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In this issue:
- A typhoid-free future for Pakistan with TCV
- New interactive tool allows countries to explore projected TCV impact and cost-effectiveness
- TyVAC attends the ASCODD conference
- Outbreak reports
- Scientific publications
Welcome to our first newsletter of 2020! This year promises to keep up the great momentum of 2019, with more countries set to introduce typhoid conjugate vaccine (TCV) into their routine childhood immunization programs, new countries applying to Gavi, the Vaccine Alliance, for funding support for TCV introduction, and additional data to enhance our understanding of typhoid burden and vaccine efficacy. We look forward to sharing with you progress throughout the year in typhoid prevention and control.
A typhoid-free future for Pakistan with TCV
In November 2019, Pakistan became the first country in the world to introduce TCV into routine immunization, beginning with a three-week campaign in Sindh Province that vaccinated more than 9.8 million children. As Pakistan prepares to further deploy TCV across all four provinces, beginning with Punjab later this year, researchers gathered at Aga Khan University in January for “A typhoid-free future in the making: The journey of typhoid fever outbreak.” Promising results were presented from an early emergency vaccination campaign in Sindh that found TCV to be 89 percent effective in preventing new cases of the disease. The event also allowed local officials and experts an opportunity to revisit the successes and lessons learned from the Sindh launch and strategize on how to continue to move Pakistan towards a typhoid-free future.
New interactive tool allows countries to explore projected TCV impact and cost-effectiveness
Take on Typhoid launched a tool on its website intended to make information about the potential impact and cost-effectiveness of TCVs more accessible to policymakers and stakeholders. The tool allows users to dive into the detailed results from an analysis modeling TCV cost-effectiveness in Gavi-eligible countries published by TyVAC researchers earlier this year in The Lancet Infectious Diseases. The analysis identifies the most cost-effective vaccination strategy for each country, a factor that will help policymakers decide if it is strategic to apply for support from Gavi, the Vaccine Alliance to introduce TCV into routine vaccination in their country, with or without catch-up campaigns.
Users can view both global and country-specific projected estimates with the option to customize certain inputs to see how the results may vary under different circumstances, such as an increased or decreased disease burden or a change in vaccination delivery costs. By making this information more accessible, the research team hopes to create a pathway that will accelerate the decision-making process for TCV introduction and facilitate access for children most in need.
TyVAC attends the ASCODD conference
In late January, TyVAC joined other investigators, advocates, and public health officials at the 15th Asian Conference on Diarrhoeal Disease and Nutrition (ASCODD) hosted by icddr,b in Dhaka, Bangladesh. This year’s theme focused on typhoid, cholera, other enteric diseases, and their relationship to nutritional disorders. Although major strides have been made in cholera and typhoid prevention, there is still much work to be done to curb malnutrition and to limit the worrying threat of drug resistance.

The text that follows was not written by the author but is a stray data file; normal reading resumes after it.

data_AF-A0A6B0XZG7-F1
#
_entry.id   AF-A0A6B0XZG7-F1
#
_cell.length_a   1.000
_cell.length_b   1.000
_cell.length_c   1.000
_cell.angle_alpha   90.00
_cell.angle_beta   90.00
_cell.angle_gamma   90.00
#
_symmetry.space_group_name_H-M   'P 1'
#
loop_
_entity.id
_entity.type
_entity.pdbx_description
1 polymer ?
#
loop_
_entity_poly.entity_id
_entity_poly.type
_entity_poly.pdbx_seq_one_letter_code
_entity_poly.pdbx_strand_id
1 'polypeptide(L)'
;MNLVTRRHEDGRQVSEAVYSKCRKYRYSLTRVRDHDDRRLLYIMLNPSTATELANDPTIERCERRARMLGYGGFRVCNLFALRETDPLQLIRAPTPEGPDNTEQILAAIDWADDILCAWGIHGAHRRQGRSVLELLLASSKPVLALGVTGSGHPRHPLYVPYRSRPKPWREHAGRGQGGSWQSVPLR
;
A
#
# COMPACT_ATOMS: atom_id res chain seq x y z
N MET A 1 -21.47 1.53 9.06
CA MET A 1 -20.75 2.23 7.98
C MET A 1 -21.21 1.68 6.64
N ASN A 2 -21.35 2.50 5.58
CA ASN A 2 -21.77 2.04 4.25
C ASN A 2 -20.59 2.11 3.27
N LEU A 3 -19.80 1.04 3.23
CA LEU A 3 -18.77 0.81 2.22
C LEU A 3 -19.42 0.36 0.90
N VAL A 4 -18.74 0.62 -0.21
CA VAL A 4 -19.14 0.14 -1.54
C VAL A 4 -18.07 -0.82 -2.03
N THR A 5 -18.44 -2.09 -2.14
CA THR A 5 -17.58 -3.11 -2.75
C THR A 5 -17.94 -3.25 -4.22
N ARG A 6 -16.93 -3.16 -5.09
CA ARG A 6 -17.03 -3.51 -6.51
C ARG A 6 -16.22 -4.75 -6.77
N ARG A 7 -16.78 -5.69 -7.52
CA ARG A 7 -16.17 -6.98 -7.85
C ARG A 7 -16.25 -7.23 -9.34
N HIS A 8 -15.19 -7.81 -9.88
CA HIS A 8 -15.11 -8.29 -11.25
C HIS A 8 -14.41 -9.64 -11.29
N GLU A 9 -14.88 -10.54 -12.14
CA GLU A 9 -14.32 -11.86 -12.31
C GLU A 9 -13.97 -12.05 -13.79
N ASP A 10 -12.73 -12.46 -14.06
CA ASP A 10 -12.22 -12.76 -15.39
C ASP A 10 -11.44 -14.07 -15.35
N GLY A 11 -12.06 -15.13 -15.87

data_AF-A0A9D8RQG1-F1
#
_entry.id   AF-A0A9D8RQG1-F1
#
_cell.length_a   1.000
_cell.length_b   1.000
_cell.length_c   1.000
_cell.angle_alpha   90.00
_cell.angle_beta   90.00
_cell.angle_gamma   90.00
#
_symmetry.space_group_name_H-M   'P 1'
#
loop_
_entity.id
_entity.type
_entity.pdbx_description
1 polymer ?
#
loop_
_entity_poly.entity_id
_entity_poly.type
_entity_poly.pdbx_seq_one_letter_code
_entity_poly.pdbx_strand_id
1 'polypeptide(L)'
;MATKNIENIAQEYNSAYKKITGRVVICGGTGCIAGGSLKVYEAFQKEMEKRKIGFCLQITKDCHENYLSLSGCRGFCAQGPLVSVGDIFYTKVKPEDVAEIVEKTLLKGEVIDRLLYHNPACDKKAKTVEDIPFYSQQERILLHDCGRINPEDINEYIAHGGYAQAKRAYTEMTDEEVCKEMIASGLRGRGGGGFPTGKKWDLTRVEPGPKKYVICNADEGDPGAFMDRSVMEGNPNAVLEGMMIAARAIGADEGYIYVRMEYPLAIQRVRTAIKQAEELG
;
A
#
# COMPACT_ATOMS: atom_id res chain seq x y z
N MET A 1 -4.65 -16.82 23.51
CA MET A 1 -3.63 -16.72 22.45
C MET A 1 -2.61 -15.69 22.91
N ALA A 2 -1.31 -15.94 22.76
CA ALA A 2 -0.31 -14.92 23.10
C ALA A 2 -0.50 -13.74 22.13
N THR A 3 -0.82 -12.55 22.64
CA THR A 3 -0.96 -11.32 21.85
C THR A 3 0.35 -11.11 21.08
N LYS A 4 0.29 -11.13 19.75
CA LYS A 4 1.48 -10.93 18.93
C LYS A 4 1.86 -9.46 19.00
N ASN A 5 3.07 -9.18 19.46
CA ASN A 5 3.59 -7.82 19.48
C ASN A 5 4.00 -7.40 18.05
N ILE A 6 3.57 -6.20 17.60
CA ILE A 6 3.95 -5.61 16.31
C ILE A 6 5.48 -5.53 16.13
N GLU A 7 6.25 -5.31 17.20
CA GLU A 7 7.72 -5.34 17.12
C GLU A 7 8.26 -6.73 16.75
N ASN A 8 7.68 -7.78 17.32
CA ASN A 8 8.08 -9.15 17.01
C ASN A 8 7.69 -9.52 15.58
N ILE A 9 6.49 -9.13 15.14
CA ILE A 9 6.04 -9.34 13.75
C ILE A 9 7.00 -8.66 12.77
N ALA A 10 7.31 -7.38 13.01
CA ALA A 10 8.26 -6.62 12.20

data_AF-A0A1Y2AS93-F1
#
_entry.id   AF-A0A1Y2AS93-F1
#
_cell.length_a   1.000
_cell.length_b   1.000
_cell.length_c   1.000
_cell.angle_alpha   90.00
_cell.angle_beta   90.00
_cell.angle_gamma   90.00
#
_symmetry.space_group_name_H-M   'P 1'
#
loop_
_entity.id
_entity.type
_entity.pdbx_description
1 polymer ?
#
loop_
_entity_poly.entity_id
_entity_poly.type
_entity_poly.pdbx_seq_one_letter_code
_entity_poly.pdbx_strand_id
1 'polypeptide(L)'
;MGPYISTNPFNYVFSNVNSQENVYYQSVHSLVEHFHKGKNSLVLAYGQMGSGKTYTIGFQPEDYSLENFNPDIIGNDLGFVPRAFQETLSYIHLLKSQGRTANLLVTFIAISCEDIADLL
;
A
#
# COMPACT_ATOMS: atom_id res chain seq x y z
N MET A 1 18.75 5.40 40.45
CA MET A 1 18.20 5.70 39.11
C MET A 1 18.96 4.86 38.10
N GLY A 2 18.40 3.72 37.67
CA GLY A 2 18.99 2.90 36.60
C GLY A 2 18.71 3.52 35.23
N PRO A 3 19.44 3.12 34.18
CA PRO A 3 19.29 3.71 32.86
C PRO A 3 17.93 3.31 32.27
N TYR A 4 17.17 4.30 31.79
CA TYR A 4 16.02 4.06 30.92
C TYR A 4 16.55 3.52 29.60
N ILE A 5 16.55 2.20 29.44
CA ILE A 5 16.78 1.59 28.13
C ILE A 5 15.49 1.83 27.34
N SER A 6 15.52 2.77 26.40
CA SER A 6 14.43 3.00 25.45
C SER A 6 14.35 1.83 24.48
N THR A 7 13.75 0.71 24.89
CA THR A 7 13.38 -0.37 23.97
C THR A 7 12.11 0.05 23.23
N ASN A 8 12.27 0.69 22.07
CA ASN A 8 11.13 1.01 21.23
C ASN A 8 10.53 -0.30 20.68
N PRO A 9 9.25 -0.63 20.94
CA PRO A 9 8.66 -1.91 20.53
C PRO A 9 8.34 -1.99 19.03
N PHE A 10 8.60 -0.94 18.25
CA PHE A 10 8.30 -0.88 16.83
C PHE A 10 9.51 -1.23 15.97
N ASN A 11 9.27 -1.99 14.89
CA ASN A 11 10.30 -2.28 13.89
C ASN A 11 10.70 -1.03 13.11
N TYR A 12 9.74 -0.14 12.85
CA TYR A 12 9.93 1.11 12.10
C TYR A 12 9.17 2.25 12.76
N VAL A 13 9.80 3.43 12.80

The conference brought together policy makers, researchers, government officials, and representatives from multilateral institutions, allowing experts to share their work, while also giving attendees the opportunity to network and identify ways to collaborate going forward.
TyVAC representatives were part of crucial discussions about typhoid and TCVs in the region and met with key stakeholders working in Southeast Asia to take on typhoid. The importance of this conference – and these issues – are highlighted in a piece by Dr. Firdausi Qadri of icddr,b. After the conference, TyVAC continued conversations with decision-makers in the region who are considering introducing TCV in their countries.
Throughout 2019, Zimbabwe battled frequent outbreaks of typhoid as the result of an acute water crisis due to drought, which fosters disease transmission. In late December, 13 suspected new cases were recorded in Glen View, a high-density suburb of Harare, where typhoid has affected more than 10,000 people and claimed an estimated 49 lives during the most recent outbreak. This protracted outbreak has, in part, motivated Zimbabwe to become one of the first countries in sub-Saharan Africa—along with Liberia—to introduce TCV into routine immunization later this year. While investments in water, sanitation, and hygiene infrastructure are crucial to break the cycle of transmission in the long term, TCVs will offer long-lasting protection to the most vulnerable.
Haiti was declared one year cholera-free last month. However, access to clean and safe water remains a concern as the country continues to battle a myriad of waterborne illnesses, including typhoid. On February 17, the Mayor of Mont-Organisé declared a typhoid epidemic. With only one health center and limited resources to accommodate the community, rapid interventions are needed to contain the outbreak.
|Antimicrobial resistance surveillance in typhoidal Salmonella in Ahmedabad in an era of global antimicrobial resistance surveillance systems
Visit our publications page for more recent research
|New research from Pakistan finds children are protected from typhoid with new vaccine
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